The UK Department of Health reports that at least 16 cases of the new variant of the corona virus have been identified in the UK (PHE for its abbreviation in English)
Experts suspect that this variant, which is now under investigation, originated in the United Kingdom and has the E484K mutation present in new strains that have appeared in South Africa and Brazil.
In the case of the E484K mutation, studies show that it may inhibit the activity of antibodies and raise concerns about the potential impact on the effectiveness of vaccines.
Health officials said the cases were first diagnosed on Feb. 15, but those who tested positive and confirmed their contacts were isolated.
The UK now has eight categories on its watch list.
Meanwhile, health officials are constantly trying to find someone who came to the UK infected with a new variant of the corona virus identified in Brazil, but did not leave his data when the test was taken.
Also known as the P1 strain and the Manas variant, it is one of the types of corona virus that raises concerns about making the virus more capable of spreading.
The Manas variant was first detected when six cases were diagnosed in the UK last weekend.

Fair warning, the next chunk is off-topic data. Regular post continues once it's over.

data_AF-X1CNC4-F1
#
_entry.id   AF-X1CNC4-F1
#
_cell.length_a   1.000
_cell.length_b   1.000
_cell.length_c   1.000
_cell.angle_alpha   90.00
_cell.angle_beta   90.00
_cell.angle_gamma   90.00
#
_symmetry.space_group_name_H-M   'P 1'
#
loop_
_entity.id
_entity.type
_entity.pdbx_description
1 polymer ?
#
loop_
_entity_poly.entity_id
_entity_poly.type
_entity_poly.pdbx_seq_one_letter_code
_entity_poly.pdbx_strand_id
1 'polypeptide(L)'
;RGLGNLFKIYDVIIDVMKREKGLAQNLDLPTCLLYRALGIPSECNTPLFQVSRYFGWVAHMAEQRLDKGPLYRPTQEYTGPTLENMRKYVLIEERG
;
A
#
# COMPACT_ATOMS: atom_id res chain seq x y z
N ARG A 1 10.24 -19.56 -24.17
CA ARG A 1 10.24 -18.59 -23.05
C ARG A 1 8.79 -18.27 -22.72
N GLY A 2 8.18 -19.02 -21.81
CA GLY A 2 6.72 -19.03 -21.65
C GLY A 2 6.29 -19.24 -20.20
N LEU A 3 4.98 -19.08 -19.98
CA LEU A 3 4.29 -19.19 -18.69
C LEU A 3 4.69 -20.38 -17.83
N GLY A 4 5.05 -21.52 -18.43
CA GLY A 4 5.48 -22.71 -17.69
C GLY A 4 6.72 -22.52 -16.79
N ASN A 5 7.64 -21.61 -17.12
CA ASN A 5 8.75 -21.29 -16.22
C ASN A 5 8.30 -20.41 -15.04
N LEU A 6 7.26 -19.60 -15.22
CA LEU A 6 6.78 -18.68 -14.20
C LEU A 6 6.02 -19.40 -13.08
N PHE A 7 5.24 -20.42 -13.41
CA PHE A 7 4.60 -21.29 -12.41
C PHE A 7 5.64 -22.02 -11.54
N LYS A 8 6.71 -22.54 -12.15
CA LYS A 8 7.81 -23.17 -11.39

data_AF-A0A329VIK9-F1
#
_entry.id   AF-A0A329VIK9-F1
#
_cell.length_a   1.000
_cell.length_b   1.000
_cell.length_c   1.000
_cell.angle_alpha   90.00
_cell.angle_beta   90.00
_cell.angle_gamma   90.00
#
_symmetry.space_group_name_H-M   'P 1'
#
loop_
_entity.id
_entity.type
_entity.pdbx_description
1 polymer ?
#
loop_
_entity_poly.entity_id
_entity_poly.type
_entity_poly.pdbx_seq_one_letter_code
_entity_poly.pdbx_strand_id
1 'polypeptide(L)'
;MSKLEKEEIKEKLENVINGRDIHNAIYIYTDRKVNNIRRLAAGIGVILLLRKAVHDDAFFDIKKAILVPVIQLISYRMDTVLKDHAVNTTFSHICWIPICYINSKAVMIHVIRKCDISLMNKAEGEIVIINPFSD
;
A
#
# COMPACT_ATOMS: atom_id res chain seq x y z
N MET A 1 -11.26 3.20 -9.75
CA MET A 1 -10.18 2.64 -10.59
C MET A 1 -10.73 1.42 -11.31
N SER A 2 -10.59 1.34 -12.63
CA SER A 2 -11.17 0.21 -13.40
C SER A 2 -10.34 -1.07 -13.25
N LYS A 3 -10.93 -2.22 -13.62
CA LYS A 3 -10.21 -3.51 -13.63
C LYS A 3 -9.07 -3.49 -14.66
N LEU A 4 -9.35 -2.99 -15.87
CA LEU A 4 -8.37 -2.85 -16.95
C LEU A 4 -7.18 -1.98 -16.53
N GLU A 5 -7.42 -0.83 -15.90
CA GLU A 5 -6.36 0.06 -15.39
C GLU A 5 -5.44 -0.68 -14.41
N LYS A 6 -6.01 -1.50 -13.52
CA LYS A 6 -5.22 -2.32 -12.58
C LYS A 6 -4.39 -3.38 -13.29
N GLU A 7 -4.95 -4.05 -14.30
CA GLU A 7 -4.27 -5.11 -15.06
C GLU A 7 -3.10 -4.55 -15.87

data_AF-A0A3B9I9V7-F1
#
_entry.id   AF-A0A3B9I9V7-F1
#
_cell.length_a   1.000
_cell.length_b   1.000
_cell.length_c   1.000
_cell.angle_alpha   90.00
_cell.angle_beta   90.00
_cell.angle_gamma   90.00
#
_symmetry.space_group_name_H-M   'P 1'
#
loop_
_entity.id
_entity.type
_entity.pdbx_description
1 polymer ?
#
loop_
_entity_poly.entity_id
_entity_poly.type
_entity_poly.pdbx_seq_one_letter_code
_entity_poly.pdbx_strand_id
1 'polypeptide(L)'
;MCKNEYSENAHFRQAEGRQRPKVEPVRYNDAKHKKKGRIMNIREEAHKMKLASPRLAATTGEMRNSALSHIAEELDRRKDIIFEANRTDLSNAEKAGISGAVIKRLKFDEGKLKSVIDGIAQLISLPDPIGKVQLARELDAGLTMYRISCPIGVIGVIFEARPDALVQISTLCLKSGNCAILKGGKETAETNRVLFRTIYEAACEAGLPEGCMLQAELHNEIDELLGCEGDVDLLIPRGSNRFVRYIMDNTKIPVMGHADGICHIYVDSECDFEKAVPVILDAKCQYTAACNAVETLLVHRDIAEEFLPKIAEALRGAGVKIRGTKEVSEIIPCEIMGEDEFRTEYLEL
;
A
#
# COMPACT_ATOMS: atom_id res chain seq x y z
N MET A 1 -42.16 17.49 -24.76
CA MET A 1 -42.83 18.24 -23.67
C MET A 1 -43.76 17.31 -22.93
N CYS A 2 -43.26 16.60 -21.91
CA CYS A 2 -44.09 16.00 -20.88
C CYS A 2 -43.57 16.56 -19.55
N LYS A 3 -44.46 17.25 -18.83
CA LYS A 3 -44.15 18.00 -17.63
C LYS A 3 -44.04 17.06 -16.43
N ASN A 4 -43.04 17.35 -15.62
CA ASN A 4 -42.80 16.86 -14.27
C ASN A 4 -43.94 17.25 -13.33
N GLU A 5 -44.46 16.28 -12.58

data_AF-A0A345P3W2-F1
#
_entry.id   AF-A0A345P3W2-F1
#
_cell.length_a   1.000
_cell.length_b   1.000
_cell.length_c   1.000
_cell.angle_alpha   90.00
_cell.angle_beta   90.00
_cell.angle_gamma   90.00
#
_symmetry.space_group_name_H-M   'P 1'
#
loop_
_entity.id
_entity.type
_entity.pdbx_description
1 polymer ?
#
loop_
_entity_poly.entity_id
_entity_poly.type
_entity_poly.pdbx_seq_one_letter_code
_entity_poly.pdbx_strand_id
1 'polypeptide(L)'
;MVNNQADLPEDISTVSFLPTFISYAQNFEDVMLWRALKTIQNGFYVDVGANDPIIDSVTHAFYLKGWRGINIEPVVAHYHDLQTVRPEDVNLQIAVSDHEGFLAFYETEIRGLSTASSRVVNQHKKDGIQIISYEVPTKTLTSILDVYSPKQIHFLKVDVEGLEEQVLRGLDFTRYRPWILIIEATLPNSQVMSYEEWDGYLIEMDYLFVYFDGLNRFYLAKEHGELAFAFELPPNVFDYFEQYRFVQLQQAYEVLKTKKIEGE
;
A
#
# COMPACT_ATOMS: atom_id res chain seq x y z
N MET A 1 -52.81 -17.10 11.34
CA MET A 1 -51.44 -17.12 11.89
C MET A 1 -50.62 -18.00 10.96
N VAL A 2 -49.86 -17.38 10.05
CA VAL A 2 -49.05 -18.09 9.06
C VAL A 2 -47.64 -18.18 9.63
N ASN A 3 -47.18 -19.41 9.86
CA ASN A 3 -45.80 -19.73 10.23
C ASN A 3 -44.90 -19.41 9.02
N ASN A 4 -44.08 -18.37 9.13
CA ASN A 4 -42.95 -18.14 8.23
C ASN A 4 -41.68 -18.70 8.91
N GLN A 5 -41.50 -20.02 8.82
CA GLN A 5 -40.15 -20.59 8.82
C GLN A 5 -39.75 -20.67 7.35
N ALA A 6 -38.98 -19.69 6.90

Three of them are Scottish residents who have traveled from Brazil to Aberdeen via Paris and London, while two of those who have crossed the country belong to the same family and live in the South Clochestershire district of England.
A third case has also been identified in the UK.
Andrew Howard, a member of the Scientific Advisory Council (Sage) for Emergencies, warned today that the community will have to live with a significant number of deaths as a result of the corona virus, but that more people will be vaccinated and it will return to normal.
Speaking to Times Radio, the scientist said he did not believe the new types of vaccines would completely eliminate immunity and that the mortality rate would be reduced.
For a scientist who is a professor of epidemiology at University College London, also known as UCL, one reason for so many deaths is that control measures were taken too late.
“By the time you start to see a huge increase in deaths, it is too late to take action, so the levels rose dramatically before we could take effective action, and it took a long, long time for them to go down again,” he explained. .
Meanwhile, 20,982,571 people have already been vaccinated in the UK, and 278,956 people received their first dose yesterday.
The British government has asked those who have already been vaccinated to respect community vaccination and health care rules, after a study found that 43% of people over the age of 80 have met someone outside their home.
41% admitted to doing so within three weeks of receiving their first dose, “explicitly violating isolated terms.”
The government yesterday reported a further 242 deaths related to the corona virus and 6,573 new cases in the previous 24 hours.
A total of 124,025 people have died in the UK since the outbreak began. (Télam)